All of that being said, Krysten Ritter is tremendous as Jones. She has exactly the same dead-pan demeanor while being just enough of a self-proclaimed a**hole. Jones is rude to bartenders, even after routinely breaking glasses with her super-strength. She continues to treat her friend and assistant Malcolm as if he were her bratty little brother. And of course, she holds Trish at arm’s length out of fear for her safety.
Ritter pulls it all off flawlessly. Her words are often different from her facial expressions, which is a testament to Ritter’s understanding of the conflict within the character. Jones is a jerk, but she also frequently regrets the things she says and the way she treats the people closest to her. It’s only five episodes, but so far Ritter has earned an A+ for her performance.
Next: Missing Kilgrave has left a major hole.
A major lack of gravitas
Unfortunately, there is something lacking in Season 2 of Jessica Jones. A major part of what made Season 1 so great was Kilgrave (and Tennant’s performance as the character), and there is no such looming presence in the first five episodes. Jones is in search of answers, following up where Season 1 left off with IGH and the experiments that gave her super powers.
While there is certainly a “bad guy” at the end of the dark tunnel she is headed down, the plot lacks the gravitas of Kilgrave. Season 2 is more about the slow-burn reveal of Jessica’s past, and her grappling with who she is. This is acheived in a very obvious way, bringing in a villain that was made exactly how she was — only stronger. Jones knows who her villain is, and deep down she worries that their mirrored past might make her the same kind of monster.
Despite the fact that this should hit at the core of Jones’ emotional turmoil, the death of her family as a young girl, Kilgrave felt way more personal. The show attempts to bring in new characters to fill that gap, but so far has missed the mark. Most of Jessica’s foes in Season 2 feel more like Jessica’s annoyances than anything else.
Next: Two many side stories, not enough forward momentum.
The direction is often unclear
Early on, there are a whole lot of story lines pulling in a bunch of different directions. Carrie-Anne Moss (The Matrix) returns as Hogarth with her own set of problems, both old and new. Rachael Taylor (Transformers) is back as Trish, while Eka Darville (Mr. Pip) returns as Malcolm. Terry Chen (House of Cards) and J.R. Ramirez (Power) bring in new characters, Pryce Cheng and Oscar, but add very little of substance to Jessica’s story.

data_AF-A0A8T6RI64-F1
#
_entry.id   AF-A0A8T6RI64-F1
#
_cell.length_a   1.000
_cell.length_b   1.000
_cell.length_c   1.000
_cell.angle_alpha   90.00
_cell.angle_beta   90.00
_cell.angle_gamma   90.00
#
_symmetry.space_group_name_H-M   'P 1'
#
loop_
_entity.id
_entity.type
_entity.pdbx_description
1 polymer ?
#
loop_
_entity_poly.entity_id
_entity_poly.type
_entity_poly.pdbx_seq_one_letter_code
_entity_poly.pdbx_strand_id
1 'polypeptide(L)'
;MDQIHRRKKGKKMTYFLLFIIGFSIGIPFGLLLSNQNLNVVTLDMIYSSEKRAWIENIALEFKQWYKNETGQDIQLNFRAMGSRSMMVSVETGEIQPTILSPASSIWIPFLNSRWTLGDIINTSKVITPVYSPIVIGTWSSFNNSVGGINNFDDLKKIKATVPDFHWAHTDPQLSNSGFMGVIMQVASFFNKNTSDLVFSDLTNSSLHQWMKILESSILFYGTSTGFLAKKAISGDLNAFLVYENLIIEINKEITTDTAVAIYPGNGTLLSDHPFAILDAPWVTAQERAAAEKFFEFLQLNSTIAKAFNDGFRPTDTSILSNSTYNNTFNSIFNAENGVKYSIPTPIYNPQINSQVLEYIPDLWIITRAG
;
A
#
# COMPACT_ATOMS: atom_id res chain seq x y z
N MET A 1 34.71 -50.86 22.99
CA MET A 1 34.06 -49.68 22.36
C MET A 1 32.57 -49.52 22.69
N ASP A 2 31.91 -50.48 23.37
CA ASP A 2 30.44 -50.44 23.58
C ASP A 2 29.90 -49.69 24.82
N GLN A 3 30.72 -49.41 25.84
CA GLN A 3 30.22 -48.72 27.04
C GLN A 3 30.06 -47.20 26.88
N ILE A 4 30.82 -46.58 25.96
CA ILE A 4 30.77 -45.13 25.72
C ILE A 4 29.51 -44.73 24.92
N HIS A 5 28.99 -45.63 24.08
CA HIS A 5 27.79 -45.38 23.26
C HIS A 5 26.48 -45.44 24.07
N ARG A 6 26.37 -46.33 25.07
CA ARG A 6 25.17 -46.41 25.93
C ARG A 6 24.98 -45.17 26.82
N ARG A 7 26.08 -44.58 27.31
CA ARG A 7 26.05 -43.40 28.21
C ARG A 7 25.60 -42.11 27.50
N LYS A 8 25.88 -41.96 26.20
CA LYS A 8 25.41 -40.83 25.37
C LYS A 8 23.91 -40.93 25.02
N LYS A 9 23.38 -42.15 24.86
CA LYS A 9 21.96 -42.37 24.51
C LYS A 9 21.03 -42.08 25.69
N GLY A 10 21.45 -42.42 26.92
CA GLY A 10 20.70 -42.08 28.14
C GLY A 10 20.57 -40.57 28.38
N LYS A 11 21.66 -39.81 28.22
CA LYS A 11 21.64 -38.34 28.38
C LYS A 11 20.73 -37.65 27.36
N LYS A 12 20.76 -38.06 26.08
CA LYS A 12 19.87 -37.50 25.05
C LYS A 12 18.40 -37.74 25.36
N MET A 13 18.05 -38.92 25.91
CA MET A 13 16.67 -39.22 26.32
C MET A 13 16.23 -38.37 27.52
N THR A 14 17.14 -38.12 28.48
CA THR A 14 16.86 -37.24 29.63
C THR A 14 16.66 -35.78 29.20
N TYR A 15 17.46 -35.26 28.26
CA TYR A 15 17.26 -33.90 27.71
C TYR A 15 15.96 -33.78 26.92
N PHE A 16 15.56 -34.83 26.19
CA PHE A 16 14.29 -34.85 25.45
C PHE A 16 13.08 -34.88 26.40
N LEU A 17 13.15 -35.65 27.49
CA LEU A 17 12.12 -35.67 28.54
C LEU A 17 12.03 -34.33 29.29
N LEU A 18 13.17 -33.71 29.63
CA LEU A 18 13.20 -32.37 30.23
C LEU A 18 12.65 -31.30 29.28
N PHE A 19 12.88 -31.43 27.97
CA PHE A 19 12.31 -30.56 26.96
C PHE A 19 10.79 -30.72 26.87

Everyone has their own issue, with Jessica at the center of all of it. That doesn’t even touch her look into IGH and the demons of her past, and where that road goes over the first five episodes. While the first season had its own set of pacing problems toward the end, Season 2’s pacing problems have been through the first four episodes.
At times, it feels like they’re throwing too much at us with some of the ancillary characters while the overall story arc suffers. On its own, learning more about Trish’s own tormented soul is interesting and makes an important statement for women in 2018, but it also serves to slow down Jessica’s story in the early-going.
Next: There is still reason for hope.
Hope for the finish
There is plenty of reason to hope for a strong finish to Season 2 of Jessica Jones. Five episodes is only 38% of the way through, and the plot does start to ramp up in intensity toward the end. Even if there are some excess story lines that we could’ve done without, it does feel like they’re taking us down a path where they’ll eventually converge. At that point, maybe Season 2 will reach the same excitement level that it’s predecessor hit at the end of its 10th episode.
But still, Jessica Jones is taking a long time to slowly — and sometimes forcefully — unravel the mysteries of the title character’s past. It’s hard to tell if it’s finally starting to speed things up or if we’re going full-force straight into another roadblock.